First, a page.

As the B2007 trains will remain in service for some time – they are about 15 years old – Tony reported that a lot of new, exciting projects are coming up mainly focused on maintaining and improving the fleet’s performance. These include replacement of obsolete systems, software updates, and installation of new systems. Tony illustrated one example – the Smart Oil Plug®. Unlike B92, B2007 cars have two motors per bogie (four per car) mounted parallel to the axles and driving the wheels through double reduction gearboxes. The Smart Oil Plug, powered by Transmission Dynamics, replaces the conventional oil filler, or drain plugs, designed and certified for axle-mounted operation to monitor temperature, vibration, and ferromagnetic oil debris – an indication of gear or bearing damage.
This wireless, sensor-based solution, developed by industrial data experts Transmission Dynamics and brought to the market by distribution partner ZF Aftermarket, enables real-time monitoring and analysis of gearbox health and behaviour in railway vehicles. The sensor can detect gearbox vibrations, providing insights into gearbox quality, wheel slide, track quality, impending bearing failure, and suspension defects. The plug, equipped with an onboard battery, transmits data to the control unit via Bluetooth and has a three-year battery life.
The control unit sends live data to a web portal through GSM, allowing ZF Aftermarket to provide KAD with real-time access to all data and alerts regarding adverse conditions. Additionally, the system offers longer-term condition monitoring recommendations to assist in maintenance planning.Currently, said Tony, the system is being evaluated to build up a picture of what the system is reporting and the results/alerts are being calibrated/correlated. ZF Aftermarket and Transmission Dynamics will be working with KAD to develop artificial intelligence to filter data and identify negative trends.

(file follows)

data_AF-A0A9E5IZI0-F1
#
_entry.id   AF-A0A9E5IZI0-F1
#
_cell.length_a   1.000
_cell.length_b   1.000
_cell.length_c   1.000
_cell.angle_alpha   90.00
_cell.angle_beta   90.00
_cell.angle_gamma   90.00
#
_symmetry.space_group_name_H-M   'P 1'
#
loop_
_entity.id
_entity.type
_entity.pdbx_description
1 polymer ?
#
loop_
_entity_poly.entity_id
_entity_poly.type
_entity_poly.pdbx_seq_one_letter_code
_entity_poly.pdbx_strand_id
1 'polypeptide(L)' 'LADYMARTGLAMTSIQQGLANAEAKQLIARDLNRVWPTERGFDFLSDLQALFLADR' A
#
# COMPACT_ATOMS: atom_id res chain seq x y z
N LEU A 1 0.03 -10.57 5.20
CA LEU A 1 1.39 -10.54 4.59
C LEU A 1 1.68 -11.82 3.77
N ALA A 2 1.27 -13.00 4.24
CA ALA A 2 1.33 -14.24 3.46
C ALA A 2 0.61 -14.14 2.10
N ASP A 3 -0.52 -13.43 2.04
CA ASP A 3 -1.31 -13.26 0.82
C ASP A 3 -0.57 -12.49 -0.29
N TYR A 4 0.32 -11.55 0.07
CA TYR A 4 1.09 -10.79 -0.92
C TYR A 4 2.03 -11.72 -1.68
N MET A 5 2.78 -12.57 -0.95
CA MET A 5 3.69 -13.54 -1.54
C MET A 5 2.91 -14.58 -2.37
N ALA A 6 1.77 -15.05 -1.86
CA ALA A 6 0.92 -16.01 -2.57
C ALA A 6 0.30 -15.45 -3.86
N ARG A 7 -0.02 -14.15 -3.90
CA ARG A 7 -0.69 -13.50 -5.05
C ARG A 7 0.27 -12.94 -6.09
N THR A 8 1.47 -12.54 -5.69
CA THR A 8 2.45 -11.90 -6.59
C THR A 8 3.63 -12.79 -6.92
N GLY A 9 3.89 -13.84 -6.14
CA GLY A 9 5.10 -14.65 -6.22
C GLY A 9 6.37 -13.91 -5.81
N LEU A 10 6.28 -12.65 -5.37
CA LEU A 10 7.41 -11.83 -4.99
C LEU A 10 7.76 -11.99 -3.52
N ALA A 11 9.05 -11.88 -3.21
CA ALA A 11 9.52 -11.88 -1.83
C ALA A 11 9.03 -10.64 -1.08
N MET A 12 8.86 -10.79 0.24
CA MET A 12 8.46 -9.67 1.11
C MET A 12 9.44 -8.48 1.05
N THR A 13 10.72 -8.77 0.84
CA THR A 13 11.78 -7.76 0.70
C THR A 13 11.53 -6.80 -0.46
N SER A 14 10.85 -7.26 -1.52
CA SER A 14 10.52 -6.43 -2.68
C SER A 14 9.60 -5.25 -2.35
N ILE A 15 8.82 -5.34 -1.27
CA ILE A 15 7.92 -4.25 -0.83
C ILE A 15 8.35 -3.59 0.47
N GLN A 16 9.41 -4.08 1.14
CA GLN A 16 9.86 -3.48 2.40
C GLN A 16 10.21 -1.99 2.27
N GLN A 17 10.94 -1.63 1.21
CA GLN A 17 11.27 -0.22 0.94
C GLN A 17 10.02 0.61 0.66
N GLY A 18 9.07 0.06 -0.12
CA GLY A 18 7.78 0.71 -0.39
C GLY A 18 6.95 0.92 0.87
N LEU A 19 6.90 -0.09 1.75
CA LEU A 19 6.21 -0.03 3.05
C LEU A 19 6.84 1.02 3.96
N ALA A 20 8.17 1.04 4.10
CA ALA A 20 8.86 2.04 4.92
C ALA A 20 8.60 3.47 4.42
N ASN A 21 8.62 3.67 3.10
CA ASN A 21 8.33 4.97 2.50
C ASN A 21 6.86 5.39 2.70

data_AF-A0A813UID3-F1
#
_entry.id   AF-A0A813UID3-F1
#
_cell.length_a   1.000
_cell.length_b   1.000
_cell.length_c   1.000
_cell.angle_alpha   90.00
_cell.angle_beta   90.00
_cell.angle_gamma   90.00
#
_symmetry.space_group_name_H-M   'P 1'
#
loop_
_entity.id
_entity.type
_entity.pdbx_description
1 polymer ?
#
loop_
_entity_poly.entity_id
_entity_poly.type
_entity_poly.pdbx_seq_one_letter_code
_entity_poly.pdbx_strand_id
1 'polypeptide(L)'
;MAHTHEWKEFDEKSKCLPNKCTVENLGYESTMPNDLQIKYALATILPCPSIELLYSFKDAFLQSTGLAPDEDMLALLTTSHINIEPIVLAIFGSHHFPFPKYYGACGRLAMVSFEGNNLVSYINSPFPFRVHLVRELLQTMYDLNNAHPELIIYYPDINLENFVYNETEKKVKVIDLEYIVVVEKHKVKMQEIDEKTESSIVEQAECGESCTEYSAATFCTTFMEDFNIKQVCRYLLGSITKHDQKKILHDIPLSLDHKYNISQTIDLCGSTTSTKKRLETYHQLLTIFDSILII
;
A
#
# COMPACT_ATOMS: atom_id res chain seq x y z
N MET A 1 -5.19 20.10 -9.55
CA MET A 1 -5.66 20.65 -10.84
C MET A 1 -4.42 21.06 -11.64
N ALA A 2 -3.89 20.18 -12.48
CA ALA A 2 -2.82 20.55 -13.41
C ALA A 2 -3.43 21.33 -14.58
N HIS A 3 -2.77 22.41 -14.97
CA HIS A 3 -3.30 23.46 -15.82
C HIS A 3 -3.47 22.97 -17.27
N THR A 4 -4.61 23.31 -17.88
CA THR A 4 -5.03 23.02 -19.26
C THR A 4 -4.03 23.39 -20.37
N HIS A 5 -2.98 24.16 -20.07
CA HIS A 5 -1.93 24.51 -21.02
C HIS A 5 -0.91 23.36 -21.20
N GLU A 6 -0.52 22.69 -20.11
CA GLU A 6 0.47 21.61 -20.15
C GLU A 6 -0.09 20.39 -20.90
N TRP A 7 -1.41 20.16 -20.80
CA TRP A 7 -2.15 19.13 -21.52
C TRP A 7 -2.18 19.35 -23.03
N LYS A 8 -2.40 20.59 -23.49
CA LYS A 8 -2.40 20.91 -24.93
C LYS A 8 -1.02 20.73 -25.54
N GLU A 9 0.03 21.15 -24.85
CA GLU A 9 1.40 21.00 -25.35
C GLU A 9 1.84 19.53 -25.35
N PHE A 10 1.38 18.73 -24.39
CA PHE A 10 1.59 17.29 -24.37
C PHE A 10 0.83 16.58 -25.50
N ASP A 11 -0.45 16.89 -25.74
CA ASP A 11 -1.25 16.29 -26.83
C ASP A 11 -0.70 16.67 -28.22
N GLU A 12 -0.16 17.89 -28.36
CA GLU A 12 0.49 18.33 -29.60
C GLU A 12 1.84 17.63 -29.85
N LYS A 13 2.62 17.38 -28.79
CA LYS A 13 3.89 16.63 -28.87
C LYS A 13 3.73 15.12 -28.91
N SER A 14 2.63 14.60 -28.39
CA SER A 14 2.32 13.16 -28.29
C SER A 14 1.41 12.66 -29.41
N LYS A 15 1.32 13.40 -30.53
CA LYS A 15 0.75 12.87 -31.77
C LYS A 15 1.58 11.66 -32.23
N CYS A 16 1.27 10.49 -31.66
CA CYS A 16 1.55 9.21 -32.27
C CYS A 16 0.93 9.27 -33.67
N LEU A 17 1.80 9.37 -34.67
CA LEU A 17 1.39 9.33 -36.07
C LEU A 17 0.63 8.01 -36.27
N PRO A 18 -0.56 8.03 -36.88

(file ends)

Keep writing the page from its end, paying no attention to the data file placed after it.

Integrating the new trains: Tony returned to the subject of new trains. He praised the team effort involving KAD Stores, Production, and Engineering Teams working well with the DLR Rolling Stock Replacement Project (RSRP) team.
It’s not just the new trains that will squeeze available space until the old ones are scrapped. The same is true of the stores. Additional storage is being created both off-site and on by obtaining 16 shipping containers. Tony added that slow moving B92 stock has already been moved into four containers which have been relocated to the new build area, freeing up depot space for building works/expansion. KAD is also in the process of clearing the materials located in the wheel lathe to allow work to begin expanding this location.
KAD is working with RSRP to develop and integrate new agreed processes to manage and, where necessary, segregate maintenance spares (exam kits), from warranty spares (owned by the supplier), customer owned materials (spares held in reserve but only obtainable with the main build), and new special tooling.
KAD has identified what parts can be salvaged from early scrapped B92s for possible use on trains to be scrapped later, i.e., items where the float is low or where they may avoid re-ordering. It has also identified 31 parts in common with B2007 parts (but inevitably not the same part number) and is working with London Underground to see if any components could be used across the tube fleet. The stores team is continually reviewing and monitoring stock levels to realise any efficiencies.
A number of new positions have been created to support RSRP such as project managers, commissioning technicians, material controllers, engineers, technical authors, and planners.
Tony talked about the importance of integrating the depot works with the introduction programme. The creation of more sidings on the north and south sides of the Beckton site gives a false sense of security as the construction sites are currently entirely separate from the depot. But when they start work on the maintenance shed, which will be in the middle of the depot, KAD Management will have to ensure everyone’s safety (KAD, TfL, DLR, CAF and various construction contractors and sub-contractors), whilst co-ordinating activities so that maintenance can continue to be carried out and a full service provided.